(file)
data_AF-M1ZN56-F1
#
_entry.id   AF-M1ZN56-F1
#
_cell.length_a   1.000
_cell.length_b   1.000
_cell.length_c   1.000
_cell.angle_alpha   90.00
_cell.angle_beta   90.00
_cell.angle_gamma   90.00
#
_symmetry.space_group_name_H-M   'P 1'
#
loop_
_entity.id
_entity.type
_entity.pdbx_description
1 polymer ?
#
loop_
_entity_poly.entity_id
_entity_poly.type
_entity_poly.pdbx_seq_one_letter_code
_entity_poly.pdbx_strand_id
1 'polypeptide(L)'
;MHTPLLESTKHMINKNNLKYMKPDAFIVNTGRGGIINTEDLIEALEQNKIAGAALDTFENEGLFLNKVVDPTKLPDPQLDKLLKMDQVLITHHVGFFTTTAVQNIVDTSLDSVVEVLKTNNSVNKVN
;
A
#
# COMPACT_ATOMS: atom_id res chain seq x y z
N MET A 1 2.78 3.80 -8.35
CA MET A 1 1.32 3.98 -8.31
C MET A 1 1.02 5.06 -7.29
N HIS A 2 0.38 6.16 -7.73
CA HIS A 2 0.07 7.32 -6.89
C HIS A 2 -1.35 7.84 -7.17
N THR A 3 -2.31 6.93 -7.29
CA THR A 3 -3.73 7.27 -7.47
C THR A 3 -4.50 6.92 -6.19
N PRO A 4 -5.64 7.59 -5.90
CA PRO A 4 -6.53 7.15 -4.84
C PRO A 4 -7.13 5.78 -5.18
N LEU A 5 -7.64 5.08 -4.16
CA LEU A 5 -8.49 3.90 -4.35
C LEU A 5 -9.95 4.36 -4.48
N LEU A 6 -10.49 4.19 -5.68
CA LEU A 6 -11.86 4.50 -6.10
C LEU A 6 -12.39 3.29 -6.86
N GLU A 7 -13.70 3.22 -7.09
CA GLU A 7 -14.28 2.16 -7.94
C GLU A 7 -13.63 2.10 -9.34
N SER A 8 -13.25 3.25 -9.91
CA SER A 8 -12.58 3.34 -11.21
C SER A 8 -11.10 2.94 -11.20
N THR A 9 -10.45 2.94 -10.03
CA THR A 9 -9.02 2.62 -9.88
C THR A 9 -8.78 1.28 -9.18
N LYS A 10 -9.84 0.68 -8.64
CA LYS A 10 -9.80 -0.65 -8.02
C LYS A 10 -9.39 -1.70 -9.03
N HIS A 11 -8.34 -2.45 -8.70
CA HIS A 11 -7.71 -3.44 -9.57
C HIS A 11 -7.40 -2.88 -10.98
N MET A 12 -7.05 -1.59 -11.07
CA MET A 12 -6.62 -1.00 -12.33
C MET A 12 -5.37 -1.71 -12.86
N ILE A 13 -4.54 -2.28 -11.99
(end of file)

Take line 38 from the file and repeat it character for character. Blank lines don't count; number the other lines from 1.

CA THR A 3 -3.73 7.27 -7.47